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A Letter to the Premier (in response to #AMOConf19)

Premier Doug Ford speaking at the Association of Municipalities of Ontario (AMO) conference on Monday, Aug. 19, 2019. Photo by Robert Kiley.

Dear Doug,

I must admit, it was an odd experience hearing you speak at the Association of Ontario Municipalities Conference in Ottawa on Monday, Aug. 19, 2019 (#AMOConf19). I was there, gathered with thousands of other councillors and mayors from across the province, front row/centre as I always am, ready to get a fulsome picture of your policy agenda and vision for the province.

That’s not what we got. I’d dare say your speech was empty, filled only with soundbites about “cutting red tape,” “Queen’s Park getting out of the way,” “efficiencies,” and who could forget the use of your favourite phrase “my friends” (used so often that I jokingly called for a moratorium on it on Twitter).

Taking the main stage in front of over 2,400 participants was your chance to help your municipal partners work with you going forward. You said that’s what you wanted. I’ll take you at your word… But we need details to govern our cities and towns and hamlets because our level of government is empowered through provincial statute. We need to know what the Premier thinks on a wide range of issues, from roads and parks, libraries, conservation authorities, and public health, to climate change and affordable housing.

Yet, so little was stated in your address, we were left scratching our heads and your ministers had to pick up the slack in the following hours and days as we met formally in delegations and informally over food (though, I must say, popcorn and peanuts were an interesting choice of appetizer to serve during the government-sponsored reception). 

The best on this front was the deputy-premier, Christine Elliott, who articulated a possible way forward on health. #ICYMI, she said that there would be a new ratio of 70:30 for funding public health, 70 province, 30 municipalities. That doesn’t directly impact Kingston, the city where I’m a councillor, because our funding ratios are already bit higher. Though, I was nervous when she talked about the new public health advisor, who will widely consult on amalgamating regions and dovetailing services. Why? Because although it was more specific than your remarks, it still leaves a lot of questions concerning who will be in charge, what types of activities these organizations can undertake, and how grassroots knowledge will be utilized for local residents’ health and happiness. Will we be combined with Ottawa? Peterborough? Will other municipalities be combined with us? What will happen to the research conducted in the Kingston area for the Kingston area?

More questions were left unanswered during the so called “Bear Pit” — when your cabinet sat together to take queries from the floor. I am very thankful for their participation, to be sure. It says something about the strength of our democracy that all minister of a government can and will publicly convene for inquiry. Yet, it makes me sad that when ministers spoke, their comments were more often than not vacuous. The most alarming was the Minister of Environment, Conservation and Parks, Jeff Yurek, when answering a question on climate change (a term that used to be in his title, only to be cut when you were sworn into office. Please reinstate it.). It seemed, unbelievably, that he didn’t understand the concepts he tried to speak on.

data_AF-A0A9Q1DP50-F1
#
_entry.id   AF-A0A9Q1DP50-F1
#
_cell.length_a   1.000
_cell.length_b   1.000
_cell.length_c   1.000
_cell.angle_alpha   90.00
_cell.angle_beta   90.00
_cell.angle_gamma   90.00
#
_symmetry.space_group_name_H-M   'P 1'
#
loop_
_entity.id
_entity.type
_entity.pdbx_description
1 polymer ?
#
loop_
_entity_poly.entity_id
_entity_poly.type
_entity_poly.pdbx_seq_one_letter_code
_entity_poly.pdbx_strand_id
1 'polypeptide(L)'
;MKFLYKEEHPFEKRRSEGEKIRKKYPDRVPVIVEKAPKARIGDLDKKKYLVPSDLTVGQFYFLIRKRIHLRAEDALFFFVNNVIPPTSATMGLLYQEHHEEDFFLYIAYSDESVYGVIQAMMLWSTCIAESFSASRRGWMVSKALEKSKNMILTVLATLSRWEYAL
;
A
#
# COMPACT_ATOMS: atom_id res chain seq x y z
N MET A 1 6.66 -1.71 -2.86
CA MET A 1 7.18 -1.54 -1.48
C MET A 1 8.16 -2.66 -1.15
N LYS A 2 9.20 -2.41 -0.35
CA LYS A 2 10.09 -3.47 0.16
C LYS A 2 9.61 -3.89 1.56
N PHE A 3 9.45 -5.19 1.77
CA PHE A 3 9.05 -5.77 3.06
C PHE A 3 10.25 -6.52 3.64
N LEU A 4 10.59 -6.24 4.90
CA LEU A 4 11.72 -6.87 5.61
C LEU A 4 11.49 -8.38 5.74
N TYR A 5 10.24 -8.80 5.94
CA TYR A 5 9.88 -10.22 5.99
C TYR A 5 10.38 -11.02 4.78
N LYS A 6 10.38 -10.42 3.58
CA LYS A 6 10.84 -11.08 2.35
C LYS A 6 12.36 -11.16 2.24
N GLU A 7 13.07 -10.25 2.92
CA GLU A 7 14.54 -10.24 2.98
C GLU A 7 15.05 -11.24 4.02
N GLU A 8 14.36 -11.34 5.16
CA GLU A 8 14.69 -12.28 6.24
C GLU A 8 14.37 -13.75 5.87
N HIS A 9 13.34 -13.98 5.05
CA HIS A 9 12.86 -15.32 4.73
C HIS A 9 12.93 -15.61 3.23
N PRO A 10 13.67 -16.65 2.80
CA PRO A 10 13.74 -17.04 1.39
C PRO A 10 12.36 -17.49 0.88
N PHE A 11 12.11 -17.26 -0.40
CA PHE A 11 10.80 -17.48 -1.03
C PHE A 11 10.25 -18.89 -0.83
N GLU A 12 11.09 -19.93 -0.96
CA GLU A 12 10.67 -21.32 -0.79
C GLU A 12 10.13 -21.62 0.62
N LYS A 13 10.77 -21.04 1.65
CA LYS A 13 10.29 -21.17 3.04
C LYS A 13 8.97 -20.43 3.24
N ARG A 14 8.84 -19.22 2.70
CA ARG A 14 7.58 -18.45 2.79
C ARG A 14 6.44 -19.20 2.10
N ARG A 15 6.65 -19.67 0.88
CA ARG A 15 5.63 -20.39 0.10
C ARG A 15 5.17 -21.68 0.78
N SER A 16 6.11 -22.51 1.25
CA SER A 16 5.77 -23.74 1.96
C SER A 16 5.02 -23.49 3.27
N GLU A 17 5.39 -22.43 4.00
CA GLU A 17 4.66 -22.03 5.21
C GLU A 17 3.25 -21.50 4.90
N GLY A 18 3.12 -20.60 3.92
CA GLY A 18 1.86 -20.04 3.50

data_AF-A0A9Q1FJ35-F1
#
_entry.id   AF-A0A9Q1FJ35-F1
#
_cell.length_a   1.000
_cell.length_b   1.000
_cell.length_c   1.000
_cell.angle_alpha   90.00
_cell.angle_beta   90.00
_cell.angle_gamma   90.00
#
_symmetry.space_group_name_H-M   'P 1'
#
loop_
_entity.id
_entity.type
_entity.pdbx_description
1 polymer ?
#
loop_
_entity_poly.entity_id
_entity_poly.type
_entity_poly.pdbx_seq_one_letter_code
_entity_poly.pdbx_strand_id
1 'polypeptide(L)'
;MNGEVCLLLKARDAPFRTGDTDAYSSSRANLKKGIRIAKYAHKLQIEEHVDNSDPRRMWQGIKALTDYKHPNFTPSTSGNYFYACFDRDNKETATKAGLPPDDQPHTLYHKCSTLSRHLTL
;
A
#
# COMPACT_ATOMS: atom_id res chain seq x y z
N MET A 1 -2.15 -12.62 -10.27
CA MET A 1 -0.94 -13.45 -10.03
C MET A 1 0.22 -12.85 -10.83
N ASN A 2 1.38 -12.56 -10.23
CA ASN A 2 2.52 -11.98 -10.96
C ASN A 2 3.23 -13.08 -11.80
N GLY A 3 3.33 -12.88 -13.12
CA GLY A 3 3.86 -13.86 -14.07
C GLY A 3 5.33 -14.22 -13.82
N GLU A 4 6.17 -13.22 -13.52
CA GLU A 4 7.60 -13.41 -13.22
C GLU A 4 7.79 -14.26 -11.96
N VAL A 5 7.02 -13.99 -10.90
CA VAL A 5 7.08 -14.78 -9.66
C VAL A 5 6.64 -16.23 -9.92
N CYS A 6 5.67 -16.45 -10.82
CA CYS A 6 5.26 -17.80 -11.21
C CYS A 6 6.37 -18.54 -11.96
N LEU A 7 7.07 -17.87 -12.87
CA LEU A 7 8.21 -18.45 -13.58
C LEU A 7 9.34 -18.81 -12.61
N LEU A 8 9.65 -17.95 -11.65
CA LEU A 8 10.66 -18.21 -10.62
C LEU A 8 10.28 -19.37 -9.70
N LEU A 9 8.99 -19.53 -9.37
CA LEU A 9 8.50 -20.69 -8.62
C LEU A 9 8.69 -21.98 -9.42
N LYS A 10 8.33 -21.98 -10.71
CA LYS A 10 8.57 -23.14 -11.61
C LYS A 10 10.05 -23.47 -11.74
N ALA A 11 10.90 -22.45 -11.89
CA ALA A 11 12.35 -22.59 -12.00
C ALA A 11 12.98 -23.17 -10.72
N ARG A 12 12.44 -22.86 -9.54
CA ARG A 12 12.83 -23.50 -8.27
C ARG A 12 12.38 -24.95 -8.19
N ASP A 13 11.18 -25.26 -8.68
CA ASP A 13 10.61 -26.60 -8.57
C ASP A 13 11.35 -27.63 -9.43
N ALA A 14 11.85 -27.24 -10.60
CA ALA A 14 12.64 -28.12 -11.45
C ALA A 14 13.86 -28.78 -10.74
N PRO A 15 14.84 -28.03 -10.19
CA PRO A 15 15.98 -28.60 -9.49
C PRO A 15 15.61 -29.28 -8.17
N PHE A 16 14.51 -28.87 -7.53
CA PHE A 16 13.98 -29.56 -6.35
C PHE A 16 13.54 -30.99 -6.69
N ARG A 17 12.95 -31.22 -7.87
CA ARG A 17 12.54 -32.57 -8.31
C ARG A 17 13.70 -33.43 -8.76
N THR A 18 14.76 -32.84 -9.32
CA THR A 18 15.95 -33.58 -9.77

Cutting emissions and hitting targets are not abstractions or buzz words. They are absolutely necessary realities that will help regulate global temperatures in order to facilitate continued prosperity for people in our province. Indeed, the statistics are stark. If we continue with current levels of emissions, the number of extreme heat days will skyrocket, leaving the most our vulnerable residents at risk. More than that, the damage to infrastructure will be immense, costing our communities billions of dollars. To say nothing of the other devastating ecological losses.

And this is where we need true provincial “partnerships” — where City Halls and Queen’s Parks can work together. You don’t need to “get out of the way,” you just need to communicate. With more information from your government, we cities can know where and when we can count on community investments. In turn, that means we can effectively plan, strategize, and deliver services. All basic points in the working of a federation that seemed lost this time around. All of which, ironically and unfortunately, make governments less efficient.

Yes, like you, I want a lean government. I don’t think municipalities should feel entitled to anything. However, that doesn’t mean funding should be volatile or unpredictable. That’s cruelty, not reformation. And it certainly doesn’t mean that we should cut services that impact our fundamental way of life. Stability to core public programs is essential to help those who need it most, like kids and seniors, and to protect our planet. “Efficiencies” are fine if they mean we can do more with less — not if they mean adversely affecting our local economies and environment. Yes, “cutting red tape” should never be used as an excuse for harmful deregulation; only to streamline processes to make policy make sense on the ground for our residents and small businesses.

So I hope that next year, when we are scheduled to meet again in Ottawa for AMO 2020, your vision will be clearer (pun definitely intended).

“Your friend,”
Robert Kiley
City Councillor
Kingston, ON

Robert Kiley is a Kingston city councillor representing Trillium District. Follow him on Twitter @robert_kiley.

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